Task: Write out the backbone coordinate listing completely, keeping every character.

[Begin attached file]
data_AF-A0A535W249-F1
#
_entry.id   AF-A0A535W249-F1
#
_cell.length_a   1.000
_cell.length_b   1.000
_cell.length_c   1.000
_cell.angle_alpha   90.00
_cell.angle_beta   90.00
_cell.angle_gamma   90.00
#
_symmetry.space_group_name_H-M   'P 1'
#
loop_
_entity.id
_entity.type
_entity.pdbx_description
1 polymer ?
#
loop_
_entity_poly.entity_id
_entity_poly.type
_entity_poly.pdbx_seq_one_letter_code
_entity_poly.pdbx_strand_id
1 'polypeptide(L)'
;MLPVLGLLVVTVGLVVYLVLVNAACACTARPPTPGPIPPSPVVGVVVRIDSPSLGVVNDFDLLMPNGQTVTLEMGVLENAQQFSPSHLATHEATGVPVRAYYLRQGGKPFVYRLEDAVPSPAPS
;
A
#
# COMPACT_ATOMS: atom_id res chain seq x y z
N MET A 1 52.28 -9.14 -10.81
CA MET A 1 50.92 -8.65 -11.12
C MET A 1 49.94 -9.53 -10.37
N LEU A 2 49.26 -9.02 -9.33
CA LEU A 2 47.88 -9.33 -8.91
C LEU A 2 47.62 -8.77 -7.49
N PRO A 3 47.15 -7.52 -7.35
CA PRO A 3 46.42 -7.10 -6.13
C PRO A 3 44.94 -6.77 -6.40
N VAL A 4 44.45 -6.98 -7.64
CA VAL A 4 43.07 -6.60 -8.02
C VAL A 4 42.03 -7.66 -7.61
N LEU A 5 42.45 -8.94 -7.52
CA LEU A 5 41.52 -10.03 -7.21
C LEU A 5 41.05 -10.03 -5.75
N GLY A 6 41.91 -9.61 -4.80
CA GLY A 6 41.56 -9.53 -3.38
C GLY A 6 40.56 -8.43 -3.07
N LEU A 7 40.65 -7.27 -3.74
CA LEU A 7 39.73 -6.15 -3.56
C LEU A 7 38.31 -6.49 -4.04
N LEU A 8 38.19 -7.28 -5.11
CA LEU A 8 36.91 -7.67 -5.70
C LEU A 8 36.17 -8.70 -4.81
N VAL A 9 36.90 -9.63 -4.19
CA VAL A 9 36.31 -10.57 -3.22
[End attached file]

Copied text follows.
data_AF-A0A535W249-F1
#
_entry.id   AF-A0A535W249-F1
#
_cell.length_a   1.000
_cell.length_b   1.000
_cell.length_c   1.000
_cell.angle_alpha   90.00
_cell.angle_beta   90.00
_cell.angle_gamma   90.00
#
_symmetry.space_group_name_H-M   'P 1'
#
loop_
_entity.id
_entity.type
_entity.pdbx_description
1 polymer ?
#
loop_
_entity_poly.entity_id
_entity_poly.type
_entity_poly.pdbx_seq_one_letter_code
_entity_poly.pdbx_strand_id
1 'polypeptide(L)'
;MLPVLGLLVVTVGLVVYLVLVNAACACTARPPTPGPIPPSPVVGVVVRIDSPSLGVVNDFDLLMPNGQTVTLEMGVLENAQQFSPSHLATHEATGVPVRAYYLRQGGKPFVYRLEDAVPSPAPS
;
A
#
# COMPACT_ATOMS: atom_id res chain seq x y z
N MET A 1 52.28 -9.14 -10.81
CA MET A 1 50.92 -8.65 -11.12
C MET A 1 49.94 -9.53 -10.37
N LEU A 2 49.26 -9.02 -9.33
CA LEU A 2 47.88 -9.33 -8.91
C LEU A 2 47.62 -8.77 -7.49
N PRO A 3 47.15 -7.52 -7.35
CA PRO A 3 46.42 -7.10 -6.13
C PRO A 3 44.94 -6.77 -6.40
N VAL A 4 44.45 -6.98 -7.64
CA VAL A 4 43.07 -6.60 -8.02
C VAL A 4 42.03 -7.66 -7.61
N LEU A 5 42.45 -8.94 -7.52
CA LEU A 5 41.52 -10.03 -7.21
C LEU A 5 41.05 -10.03 -5.75
N GLY A 6 41.91 -9.61 -4.80
CA GLY A 6 41.56 -9.53 -3.38
C GLY A 6 40.56 -8.43 -3.07
N LEU A 7 40.65 -7.27 -3.74
CA LEU A 7 39.73 -6.15 -3.56
C LEU A 7 38.31 -6.49 -4.04
N LEU A 8 38.19 -7.28 -5.11
CA LEU A 8 36.91 -7.67 -5.70
C LEU A 8 36.17 -8.70 -4.81
N VAL A 9 36.90 -9.63 -4.19
CA VAL A 9 36.31 -10.57 -3.22